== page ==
David was a great host, and encouraged us to walk around his village as much as we liked.  The pretty place is along the Dillon River, lined on one side with small family farm plots, growing a variety of local vegetables....yams, pumpkin squash, bok choy, taro, manioc, bananas, oranges, etc.  The path walked along the river, where women were always busy washing laundry and bathing the little kids.  A really idyllic scene.

In reading about Erromango, we heard the story of John Williams, a missionary who, along with his buddy and fellow missionary James Harris, was killed and eaten here in 1839.  It seems that they landed on the island shortly after some other white men had come to the island to load up on sandalwood.  They killed some villagers in a squabble due to their non-payment for the wood, and tempers were still high when the missionaries arrived.

Seems that they killed both, kept Harris for one meal, then sold Williams' body to another tribe.  There was reputed to be a rock near the village where they laid Williams body to measure it up for it's value.  The quest to find the rock was calling our names!

Turned out to be a half day of false starts and dead end trails through the jungle trying to find the rock with its gouges of Williams height and girth.  Finally an elderly local, Amos, agreed to lead us to the rock above the river.  And there it was, marked with a plaque even!

Cindi lying within John Williams guide marks!

The plaque itself had an interesting back story.  It seems that for many years, numbers of the local villagers  have felt that their village was cursed due to the killing of missionary Williams, and putting him on the local buffet line.  As a way to remove the curse, the descendants of those responsible for the murders wished reconciliation with the Williams family.  In 2009, 170 years after the event, 18 members of the Williams clan traveled to Erromango from around the world.  With emotions still surprisingly raw after all this time, the day long ceremony was apparently very moving, as dozens of villagers lined up in front of the Williams's to ask for forgiveness.  All seems good now!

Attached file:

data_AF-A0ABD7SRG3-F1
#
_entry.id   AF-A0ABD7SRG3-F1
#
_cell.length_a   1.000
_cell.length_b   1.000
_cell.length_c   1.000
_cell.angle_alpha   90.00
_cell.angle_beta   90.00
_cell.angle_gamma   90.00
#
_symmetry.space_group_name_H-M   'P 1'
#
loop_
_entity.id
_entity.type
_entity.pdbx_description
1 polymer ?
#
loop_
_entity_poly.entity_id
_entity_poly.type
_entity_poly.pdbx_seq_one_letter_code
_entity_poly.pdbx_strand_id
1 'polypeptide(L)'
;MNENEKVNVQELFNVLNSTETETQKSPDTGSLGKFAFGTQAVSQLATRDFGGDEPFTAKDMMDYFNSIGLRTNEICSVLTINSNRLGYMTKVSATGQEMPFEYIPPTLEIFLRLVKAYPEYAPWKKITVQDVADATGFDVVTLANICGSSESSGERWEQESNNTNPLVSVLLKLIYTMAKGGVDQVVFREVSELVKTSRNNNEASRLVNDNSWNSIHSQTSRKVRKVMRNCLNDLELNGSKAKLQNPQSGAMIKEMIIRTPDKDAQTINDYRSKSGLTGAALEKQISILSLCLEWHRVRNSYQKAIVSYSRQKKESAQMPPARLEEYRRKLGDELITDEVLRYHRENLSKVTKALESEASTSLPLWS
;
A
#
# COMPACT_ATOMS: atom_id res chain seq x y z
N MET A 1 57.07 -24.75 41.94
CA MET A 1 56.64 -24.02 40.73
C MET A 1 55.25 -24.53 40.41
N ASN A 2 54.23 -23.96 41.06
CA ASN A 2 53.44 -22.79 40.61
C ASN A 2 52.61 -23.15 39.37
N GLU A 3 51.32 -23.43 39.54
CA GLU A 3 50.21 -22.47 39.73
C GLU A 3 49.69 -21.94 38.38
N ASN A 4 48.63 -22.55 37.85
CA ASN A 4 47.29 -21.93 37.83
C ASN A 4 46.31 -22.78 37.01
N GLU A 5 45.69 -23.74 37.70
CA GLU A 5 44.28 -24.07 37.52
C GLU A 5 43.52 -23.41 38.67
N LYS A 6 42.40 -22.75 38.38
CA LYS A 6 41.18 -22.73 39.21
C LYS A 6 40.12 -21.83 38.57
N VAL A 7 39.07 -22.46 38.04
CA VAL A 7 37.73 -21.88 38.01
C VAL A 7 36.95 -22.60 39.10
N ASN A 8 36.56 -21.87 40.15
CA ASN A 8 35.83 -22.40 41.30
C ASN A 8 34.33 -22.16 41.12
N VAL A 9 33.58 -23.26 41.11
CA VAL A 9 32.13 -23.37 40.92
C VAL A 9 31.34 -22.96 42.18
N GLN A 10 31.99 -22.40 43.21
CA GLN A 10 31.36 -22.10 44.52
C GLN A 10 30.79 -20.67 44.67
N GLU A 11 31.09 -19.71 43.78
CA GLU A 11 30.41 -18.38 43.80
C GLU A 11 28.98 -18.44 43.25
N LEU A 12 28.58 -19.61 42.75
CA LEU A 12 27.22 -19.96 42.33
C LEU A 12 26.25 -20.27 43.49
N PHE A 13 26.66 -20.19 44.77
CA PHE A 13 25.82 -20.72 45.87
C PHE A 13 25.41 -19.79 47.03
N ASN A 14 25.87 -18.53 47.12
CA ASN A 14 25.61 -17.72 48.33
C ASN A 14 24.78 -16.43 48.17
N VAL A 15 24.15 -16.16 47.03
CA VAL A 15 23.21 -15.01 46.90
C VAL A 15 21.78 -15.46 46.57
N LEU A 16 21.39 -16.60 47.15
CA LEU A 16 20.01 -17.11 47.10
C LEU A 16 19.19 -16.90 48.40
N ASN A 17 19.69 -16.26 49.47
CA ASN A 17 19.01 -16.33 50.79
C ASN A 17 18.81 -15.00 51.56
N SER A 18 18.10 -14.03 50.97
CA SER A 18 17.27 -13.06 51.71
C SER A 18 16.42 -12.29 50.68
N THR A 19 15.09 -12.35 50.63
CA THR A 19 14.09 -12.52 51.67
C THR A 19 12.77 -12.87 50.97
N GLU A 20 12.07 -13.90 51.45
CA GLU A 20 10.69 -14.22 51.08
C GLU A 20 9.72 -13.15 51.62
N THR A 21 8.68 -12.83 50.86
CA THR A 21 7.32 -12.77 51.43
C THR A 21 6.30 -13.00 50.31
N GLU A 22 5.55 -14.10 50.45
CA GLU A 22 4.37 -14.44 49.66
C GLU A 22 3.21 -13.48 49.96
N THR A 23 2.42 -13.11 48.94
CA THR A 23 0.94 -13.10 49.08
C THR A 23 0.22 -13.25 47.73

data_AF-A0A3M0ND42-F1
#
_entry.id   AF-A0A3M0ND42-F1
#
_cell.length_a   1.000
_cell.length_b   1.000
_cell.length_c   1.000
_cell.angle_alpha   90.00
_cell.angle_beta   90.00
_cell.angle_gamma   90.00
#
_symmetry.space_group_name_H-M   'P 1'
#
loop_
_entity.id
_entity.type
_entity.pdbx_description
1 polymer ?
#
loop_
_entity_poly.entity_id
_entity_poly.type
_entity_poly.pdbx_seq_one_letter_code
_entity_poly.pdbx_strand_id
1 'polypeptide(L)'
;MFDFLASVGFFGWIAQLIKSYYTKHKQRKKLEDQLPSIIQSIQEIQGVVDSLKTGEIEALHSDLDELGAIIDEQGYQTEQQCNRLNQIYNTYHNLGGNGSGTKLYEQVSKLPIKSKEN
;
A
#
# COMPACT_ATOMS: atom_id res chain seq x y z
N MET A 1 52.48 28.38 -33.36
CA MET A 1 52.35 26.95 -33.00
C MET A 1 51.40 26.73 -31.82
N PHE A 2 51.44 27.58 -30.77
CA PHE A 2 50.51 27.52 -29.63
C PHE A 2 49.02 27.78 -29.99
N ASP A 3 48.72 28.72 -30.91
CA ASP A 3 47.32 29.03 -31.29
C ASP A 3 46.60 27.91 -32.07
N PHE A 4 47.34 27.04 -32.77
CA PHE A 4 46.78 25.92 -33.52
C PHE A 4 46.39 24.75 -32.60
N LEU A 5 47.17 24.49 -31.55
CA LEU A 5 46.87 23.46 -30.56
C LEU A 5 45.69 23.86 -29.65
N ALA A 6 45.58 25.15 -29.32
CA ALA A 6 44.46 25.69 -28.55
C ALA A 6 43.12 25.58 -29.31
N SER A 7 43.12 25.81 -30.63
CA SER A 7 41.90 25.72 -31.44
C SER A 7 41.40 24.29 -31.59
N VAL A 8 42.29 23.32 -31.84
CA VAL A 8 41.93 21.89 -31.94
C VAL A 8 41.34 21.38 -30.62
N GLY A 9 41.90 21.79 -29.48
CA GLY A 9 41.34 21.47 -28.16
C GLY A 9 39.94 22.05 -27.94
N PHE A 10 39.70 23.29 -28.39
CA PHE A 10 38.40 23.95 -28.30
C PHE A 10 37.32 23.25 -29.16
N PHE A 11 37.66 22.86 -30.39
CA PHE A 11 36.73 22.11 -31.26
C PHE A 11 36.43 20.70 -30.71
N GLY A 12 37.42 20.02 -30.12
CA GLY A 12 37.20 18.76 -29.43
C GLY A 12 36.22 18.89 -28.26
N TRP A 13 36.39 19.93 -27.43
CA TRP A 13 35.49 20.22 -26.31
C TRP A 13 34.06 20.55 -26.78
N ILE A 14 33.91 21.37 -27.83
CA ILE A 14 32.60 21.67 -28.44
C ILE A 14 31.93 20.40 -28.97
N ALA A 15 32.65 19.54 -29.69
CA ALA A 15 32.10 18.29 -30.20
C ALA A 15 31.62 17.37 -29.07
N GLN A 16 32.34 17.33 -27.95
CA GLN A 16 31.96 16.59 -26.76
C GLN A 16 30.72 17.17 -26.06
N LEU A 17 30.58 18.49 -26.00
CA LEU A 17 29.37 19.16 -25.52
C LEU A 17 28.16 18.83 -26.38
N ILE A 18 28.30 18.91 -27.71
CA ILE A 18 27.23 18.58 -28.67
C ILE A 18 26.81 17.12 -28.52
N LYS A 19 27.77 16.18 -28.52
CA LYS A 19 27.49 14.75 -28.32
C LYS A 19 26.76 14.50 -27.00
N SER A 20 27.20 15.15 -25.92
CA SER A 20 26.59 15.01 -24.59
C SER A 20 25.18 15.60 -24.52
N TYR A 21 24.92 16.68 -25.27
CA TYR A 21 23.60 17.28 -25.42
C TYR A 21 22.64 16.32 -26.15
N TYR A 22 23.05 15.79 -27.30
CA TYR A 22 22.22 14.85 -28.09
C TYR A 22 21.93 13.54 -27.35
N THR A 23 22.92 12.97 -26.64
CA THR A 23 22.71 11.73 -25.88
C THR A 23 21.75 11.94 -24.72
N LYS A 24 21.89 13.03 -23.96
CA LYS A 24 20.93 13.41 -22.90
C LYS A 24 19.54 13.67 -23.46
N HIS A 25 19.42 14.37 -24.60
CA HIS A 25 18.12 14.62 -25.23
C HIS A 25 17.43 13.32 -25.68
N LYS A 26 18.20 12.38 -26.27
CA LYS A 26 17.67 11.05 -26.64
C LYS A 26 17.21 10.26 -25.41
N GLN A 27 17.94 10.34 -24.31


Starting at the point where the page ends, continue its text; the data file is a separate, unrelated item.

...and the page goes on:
During one of our walks through the village, a local man walked up to Adam to ask if he could fix the fiberglass boat belonging to the medical clinic.  After the recent fiberglass repairs in Aneityum, our glass and resin supplies were getting a bit low, but we of course agreed to come in the next day and give it a go.  It was a much larger repair, the boat having been rammed full speed by another local boat.   Though the repair might not have been pretty, it should hold and keep the water out.  The day after the work, we saw the boat back in service, in the water, after being grounded for several months......success!!!

Project management meeting....."Let's do this!!!"

While of course we wanted no payment for the boat repair, the village insisted on giving us a farewell basket of vegetables and fruit.  Wow, what a terrific gift, and a welcome one, as our veggie supplies were getting pretty low!

Some additional photos shot around the village:

Typical friendly waves everywhere.  Legacy and Bravo in the background.

David and Adam gather coral for the yacht club pathway....David wouldn't accept help from the city boy in carrying the load!

Kids gathering beach firewood for cooking at home paddle past Bravo to say "hi".

Laundry day

Yacht club

We really enjoyed our stay in this lovely village.  Once again the local people couldn't have been more friendly and welcoming.  Happily, they've changed the menu!!!  Next stop, the big city, Port Villa on Efate Island, where we are currently writing this blog post, trying to catch up!!!